Afatinib was found to be effective and well tolerated when used as a second-line treatment in patients with metastatic squamous carcinoma of the lung.
Afatinib (Gilotrif) was found to be effective and well tolerated when used as a second-line treatment in patients with metastatic squamous carcinoma of the lung, according to real-world data from a retrospective chart review trial presented during the 2020 IASLC North America Conference on Lung Cancer.1,2
Results showed that the overall median time on treatment for patients who received second-line afatinib was 7.3 months (95% CI, 5.2-8.1). Additionally, severe immune-related toxicities were reported in 6 patients and included pneumonitis (n = 3), colitis (n = 2), and hepatitis (n = 1). All of these patients had previous grade 3 or 4 toxicities during first-line treatment, all had squamous histology, and 1 had EGFR positivity.
Second-line chemotherapy was also examined in this setting and results revealed a median overall time on treatment of 4.2 months (95% CI, 3.9-4.9). No immune-related adverse effects (AEs) were observed in this cohort.
“Given relatively recent advances with immunotherapy, prospective trials have yet to investigate the use of afatinib following first-line immunotherapy and chemotherapy in metastatic squamous cell carcinoma of the lung when pembrolizumab (Keytruda) is added to first-line platinum-based chemotherapy,” said Edward S. Kim, MD, chair of the Solid Tumor Oncology and Investigational Therapeutics and Donald S. Kim Distinguished Chair for Cancer Research at the Levine Cancer Institute.2 “Findings from this study suggest that second-line afatinib is generally well tolerated and effective in patients with metastatic squamous cell carcinoma of the lung when pembrolizumab is added to first-line platinum-based chemotherapy.”
Pembrolizumab in combination with chemotherapy is FDA approved for the frontline treatment of patients with metastatic squamous NSCLC, and afatinib is indicated for use following platinum-based chemotherapy.1 To date, no prospective trials have evaluated the use of the TKI after frontline chemoimmunotherapy for metastatic squamous disease.
In the retrospective, non-interventional, multisite cohort, real-world trial, investigators set out to characterize the profiles and outcomes of patients who progressed on frontline immunotherapy in combination with platinum-based chemotherapy and went on to receive afatinib as second-line treatment.
To do this, US-based community oncologists identified patients that met the criteria and data were pulled from electronic health records. The analysis looked at 2 different patient cohorts. Patients with advanced or metastatic squamous/mixed histology NSCLC received frontline pembrolizumab in combination with platinum-based chemotherapy, followed by either afatinib (cohort 1) or chemotherapy (cohort 2). Primary outcomes incorporated patient demographics and clinical features, the incidence of severe immune-related AEs, and time on treatment.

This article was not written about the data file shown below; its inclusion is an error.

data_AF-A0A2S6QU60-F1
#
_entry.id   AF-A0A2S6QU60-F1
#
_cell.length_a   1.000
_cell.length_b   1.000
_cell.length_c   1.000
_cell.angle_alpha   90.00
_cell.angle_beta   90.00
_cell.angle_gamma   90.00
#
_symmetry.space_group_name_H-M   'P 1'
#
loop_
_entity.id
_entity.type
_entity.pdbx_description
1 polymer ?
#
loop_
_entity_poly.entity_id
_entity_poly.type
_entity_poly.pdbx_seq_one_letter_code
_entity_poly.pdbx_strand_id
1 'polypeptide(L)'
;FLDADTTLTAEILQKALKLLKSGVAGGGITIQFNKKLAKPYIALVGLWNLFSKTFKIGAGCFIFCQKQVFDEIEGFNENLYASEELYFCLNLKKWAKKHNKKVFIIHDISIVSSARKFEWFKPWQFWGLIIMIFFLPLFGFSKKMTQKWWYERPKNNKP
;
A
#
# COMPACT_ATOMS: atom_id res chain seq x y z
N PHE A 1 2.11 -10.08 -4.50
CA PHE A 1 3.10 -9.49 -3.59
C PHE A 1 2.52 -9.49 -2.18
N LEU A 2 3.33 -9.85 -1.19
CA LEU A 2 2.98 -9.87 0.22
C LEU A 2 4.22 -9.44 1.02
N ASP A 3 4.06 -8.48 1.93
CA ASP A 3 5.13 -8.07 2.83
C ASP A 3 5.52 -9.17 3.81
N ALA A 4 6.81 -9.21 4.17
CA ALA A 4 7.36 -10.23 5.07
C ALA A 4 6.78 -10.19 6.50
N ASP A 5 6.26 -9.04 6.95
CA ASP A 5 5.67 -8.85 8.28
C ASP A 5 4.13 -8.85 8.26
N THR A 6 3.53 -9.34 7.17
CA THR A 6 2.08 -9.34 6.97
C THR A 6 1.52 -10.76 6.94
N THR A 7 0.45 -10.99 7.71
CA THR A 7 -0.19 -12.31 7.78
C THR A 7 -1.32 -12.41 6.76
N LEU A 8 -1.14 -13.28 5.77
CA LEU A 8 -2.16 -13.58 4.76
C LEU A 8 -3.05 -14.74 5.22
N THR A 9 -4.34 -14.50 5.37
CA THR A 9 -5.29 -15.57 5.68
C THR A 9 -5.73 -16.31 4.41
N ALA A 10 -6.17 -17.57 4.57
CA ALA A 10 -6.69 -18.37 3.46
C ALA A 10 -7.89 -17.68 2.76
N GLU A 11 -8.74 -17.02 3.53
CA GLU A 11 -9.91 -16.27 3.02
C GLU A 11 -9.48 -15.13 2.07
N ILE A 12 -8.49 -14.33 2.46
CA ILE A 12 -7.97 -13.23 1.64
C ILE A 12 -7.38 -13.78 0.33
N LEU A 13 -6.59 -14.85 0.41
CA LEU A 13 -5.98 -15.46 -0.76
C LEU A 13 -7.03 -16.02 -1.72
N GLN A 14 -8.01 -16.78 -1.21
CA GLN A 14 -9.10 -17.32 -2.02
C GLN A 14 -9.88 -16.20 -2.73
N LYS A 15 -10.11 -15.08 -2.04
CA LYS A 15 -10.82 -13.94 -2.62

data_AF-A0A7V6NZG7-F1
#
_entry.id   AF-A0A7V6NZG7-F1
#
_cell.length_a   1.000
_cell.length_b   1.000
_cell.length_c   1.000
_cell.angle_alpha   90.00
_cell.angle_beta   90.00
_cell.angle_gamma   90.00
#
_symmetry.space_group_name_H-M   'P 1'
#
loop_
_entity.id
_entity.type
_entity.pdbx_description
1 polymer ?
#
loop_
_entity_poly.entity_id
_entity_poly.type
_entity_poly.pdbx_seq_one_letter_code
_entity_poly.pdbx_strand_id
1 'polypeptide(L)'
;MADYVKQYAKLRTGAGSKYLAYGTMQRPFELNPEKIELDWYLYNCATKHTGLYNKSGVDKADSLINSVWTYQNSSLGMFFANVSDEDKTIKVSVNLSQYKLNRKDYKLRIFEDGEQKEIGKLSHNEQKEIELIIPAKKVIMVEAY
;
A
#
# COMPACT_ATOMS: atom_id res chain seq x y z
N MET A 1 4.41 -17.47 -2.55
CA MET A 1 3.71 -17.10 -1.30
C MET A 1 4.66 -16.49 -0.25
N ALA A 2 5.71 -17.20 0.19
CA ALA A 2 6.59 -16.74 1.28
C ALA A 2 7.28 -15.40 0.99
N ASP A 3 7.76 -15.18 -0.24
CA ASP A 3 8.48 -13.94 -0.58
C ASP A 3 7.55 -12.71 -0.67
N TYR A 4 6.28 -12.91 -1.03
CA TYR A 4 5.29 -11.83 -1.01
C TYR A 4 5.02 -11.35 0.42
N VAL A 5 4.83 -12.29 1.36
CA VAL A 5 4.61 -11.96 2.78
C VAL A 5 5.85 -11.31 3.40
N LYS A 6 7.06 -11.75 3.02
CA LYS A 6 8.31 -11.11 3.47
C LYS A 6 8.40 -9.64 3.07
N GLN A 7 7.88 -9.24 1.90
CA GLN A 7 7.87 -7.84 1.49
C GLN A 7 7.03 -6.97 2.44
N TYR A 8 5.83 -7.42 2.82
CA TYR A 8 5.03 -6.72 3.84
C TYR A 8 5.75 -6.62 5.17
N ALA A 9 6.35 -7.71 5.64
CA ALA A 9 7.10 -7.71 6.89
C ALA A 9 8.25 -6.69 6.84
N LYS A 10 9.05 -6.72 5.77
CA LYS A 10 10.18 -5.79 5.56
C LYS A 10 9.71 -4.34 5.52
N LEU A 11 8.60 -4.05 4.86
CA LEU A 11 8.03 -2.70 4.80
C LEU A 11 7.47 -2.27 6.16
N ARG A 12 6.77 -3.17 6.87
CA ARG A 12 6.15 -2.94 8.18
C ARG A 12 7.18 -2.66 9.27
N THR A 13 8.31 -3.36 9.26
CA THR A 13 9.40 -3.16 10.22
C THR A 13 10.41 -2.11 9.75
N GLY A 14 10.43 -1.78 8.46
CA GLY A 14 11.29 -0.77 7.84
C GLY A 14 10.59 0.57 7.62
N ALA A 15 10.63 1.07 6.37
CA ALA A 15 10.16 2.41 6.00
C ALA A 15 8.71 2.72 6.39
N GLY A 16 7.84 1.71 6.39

A total of 200 patients were included in the analysis; 99 of these patients comprised cohort 1, while 101 of these patients comprised cohort 2. In cohort 1, 64.6% of patients had squamous cell histology, while 35.4% had mixed histology; these rates were 97.0% versus 3.0%, respectively, in cohort 2. Additionally, 39.4% of those who received second-line afatinib had EGFR positivity versus 5.0% of those who received chemotherapy. The majority of patients in both cohorts were white. In the afatinib cohort, 45.5% of patients had an ECOG performance status ranging from 0 to 1, while 54.5% had a status of 2 or higher. In the chemotherapy arm, 49.5% of patients had a status of 0 to 1 and 50.5% had a status of 2 or higher.
At the time of data cutoff, 53.5% of those who received second-line afatinib were still receiving treatment versus 40.6% of those given second-line chemotherapy. Moreover, 9.1% versus 8.9% of patients in the afatinib and chemotherapy cohorts, respectively, discontinued second-line treatment and received no further therapy; 4.0% versus 5.0% of patients, respectively, initiated third-line treatment. Less patients (n = 33) died in cohort 1 versus cohort 2 (n = 46).
“These real-world data suggest that second-line afatinib is generally well tolerated and effective in patients with metastatic squamous carcinoma of the lung; they provide rationale for further evaluation of second-line afatinib treatment following first-line pembrolizumab plus platinum-based chemotherapy in this patient group,” the authors concluded in the abstract. “A high proportion of [patients with] EGFR[-mutated disease] received first-line immunotherapy rather than an EGFR TKI, highlighting the importance of testing.”